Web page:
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4th Jul 2022

EU Commission promises only minor update on transparency

  • The EU Commission is working on internal guidelines, says vice-president Vera Jourova (2nd right) (Photo: European Commission)
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The European Commission says it wants to overhaul EU transparency rules on greater access to documents - but can only muster non-binding guidelines instead.

"For the sake of transparency culture, I think that we have to come up with new rules," said vice-president Vera Jourova on Monday (15 November).

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"We all know that simply the time is ripe for upgrading the rules," she said.

Jourova made her statement in Brussels at an event on gaining greater access to EU documents, hosted by the watchdog, the European Ombudsman.

Jourova said the best option would be to create a new regulation that applies to all institutions, replacing and updating a 20-year old EU rulebook on transparency.

"This is the way it should be," she said.

But she will not propose a new regulation, noting previous proposals needed to be withdrawn.

Instead, she is working on internal guidelines. The guidelines would then be used as a benchmark and a starting point for negotiations on possible future legislation, she said.

The commission in 2005 started working on reforming the public access to documents regulation, known as 1049/2001.

It then came up with a proposal in 2008 and another updated version in 2011 to expand its scope in line with the Lisbon Treaty.

They went nowhere.

The European Parliament had put forward its position. But the Council, representing member states, did not.

The commission then offered to withdraw the proposals. The European Parliament refused.

The issue has become increasingly sensitive, due in part, to how documents are classified and registered in light of social media and the rise of the internet since the regulation's formulation in 2001.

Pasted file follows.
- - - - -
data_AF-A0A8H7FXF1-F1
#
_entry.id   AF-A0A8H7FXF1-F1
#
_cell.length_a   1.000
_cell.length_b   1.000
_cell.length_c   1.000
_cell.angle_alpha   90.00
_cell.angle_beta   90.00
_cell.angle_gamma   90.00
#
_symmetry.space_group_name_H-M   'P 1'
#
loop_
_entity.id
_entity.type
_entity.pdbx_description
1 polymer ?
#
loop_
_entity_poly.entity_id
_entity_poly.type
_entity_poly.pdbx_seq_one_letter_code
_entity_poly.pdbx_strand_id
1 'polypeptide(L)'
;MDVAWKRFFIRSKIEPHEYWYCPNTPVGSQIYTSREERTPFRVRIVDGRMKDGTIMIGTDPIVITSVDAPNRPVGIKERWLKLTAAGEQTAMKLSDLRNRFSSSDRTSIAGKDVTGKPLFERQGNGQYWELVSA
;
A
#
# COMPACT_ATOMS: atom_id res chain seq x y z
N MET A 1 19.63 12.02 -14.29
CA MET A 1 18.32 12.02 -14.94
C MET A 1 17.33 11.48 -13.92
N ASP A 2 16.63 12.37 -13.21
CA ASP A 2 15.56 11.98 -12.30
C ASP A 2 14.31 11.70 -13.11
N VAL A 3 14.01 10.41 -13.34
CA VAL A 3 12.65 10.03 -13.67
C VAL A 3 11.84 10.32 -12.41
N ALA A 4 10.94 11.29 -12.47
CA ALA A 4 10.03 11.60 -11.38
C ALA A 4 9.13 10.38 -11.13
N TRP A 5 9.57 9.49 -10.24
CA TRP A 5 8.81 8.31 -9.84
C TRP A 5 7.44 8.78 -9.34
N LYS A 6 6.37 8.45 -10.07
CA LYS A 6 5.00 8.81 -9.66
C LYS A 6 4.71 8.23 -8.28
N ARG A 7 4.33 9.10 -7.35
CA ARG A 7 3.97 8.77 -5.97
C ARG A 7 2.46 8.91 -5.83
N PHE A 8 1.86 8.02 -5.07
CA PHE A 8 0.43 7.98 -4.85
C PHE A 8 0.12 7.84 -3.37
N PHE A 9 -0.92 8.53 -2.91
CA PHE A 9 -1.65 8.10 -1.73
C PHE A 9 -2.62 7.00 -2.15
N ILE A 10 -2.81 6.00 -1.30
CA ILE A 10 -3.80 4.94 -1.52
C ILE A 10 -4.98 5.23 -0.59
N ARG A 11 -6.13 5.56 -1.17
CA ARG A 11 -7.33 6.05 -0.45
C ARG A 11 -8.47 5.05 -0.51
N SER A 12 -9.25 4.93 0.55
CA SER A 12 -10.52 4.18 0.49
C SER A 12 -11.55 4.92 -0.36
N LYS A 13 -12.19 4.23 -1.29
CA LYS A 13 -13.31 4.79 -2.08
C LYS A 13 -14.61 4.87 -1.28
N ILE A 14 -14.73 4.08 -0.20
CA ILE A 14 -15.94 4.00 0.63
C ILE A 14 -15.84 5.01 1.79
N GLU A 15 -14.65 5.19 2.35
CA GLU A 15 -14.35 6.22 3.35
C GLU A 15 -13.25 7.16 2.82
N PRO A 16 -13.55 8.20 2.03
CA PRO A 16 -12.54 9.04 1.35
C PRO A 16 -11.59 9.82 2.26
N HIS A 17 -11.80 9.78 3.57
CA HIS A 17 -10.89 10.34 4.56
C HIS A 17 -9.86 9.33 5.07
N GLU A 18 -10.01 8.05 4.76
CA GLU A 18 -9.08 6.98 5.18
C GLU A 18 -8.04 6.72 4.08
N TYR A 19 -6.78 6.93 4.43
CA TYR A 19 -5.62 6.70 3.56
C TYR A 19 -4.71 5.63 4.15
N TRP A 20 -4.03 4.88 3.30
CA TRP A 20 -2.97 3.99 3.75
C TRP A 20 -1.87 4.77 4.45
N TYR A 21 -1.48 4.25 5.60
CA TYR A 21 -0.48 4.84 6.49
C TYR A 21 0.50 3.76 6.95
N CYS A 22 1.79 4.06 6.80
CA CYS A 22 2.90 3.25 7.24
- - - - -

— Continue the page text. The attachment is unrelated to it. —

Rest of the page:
A recent report in the German magazine, Der Spiegel, for instance, revealed that the commission does not archive WhatsApp messages. Neither does the president of the European Council.

A New York Times report said European Commission president Von der Leyen had helped hammer out one deal - using text messages and phones call with a CEO - to buy 1.8 billion doses of the coronavirus vaccine.

When pressed, Jourova countered that decisions are not being made using text messages.

But she did not rule it out either, noting that these forms of "short term communication" will need to be published at some point.

A representative of the council, also present at the event, demanded a cautious approach.

"It is a complex issue that is not only linked to access to documents," said Reijo Kemppinen, the council's director-general for communication and information.

He said informal discussions, outside the public purview, is first needed to see how to make the EU's document access rules better suited.

European Ombudsman, Emily O'Reilly, noted that the commission first started working on the issue in 2005. "How much time do people need?" she asked.

Document access figures

Last year, the European Parliament received 442 initial applications for public access, granting access to 93 percent of the cases.

The council received 2,321 requests, granting access to 84 percent. The commission got 8,001 requests, granting full or partial access to 81 percent.

O'Reilly said the figures do not reveal the full story.

She described some of what may have been partially released as "innocuous stuff" like press releases or a line for a letter, which "has no substantive value in relation to whatever the the individual may be looking for."

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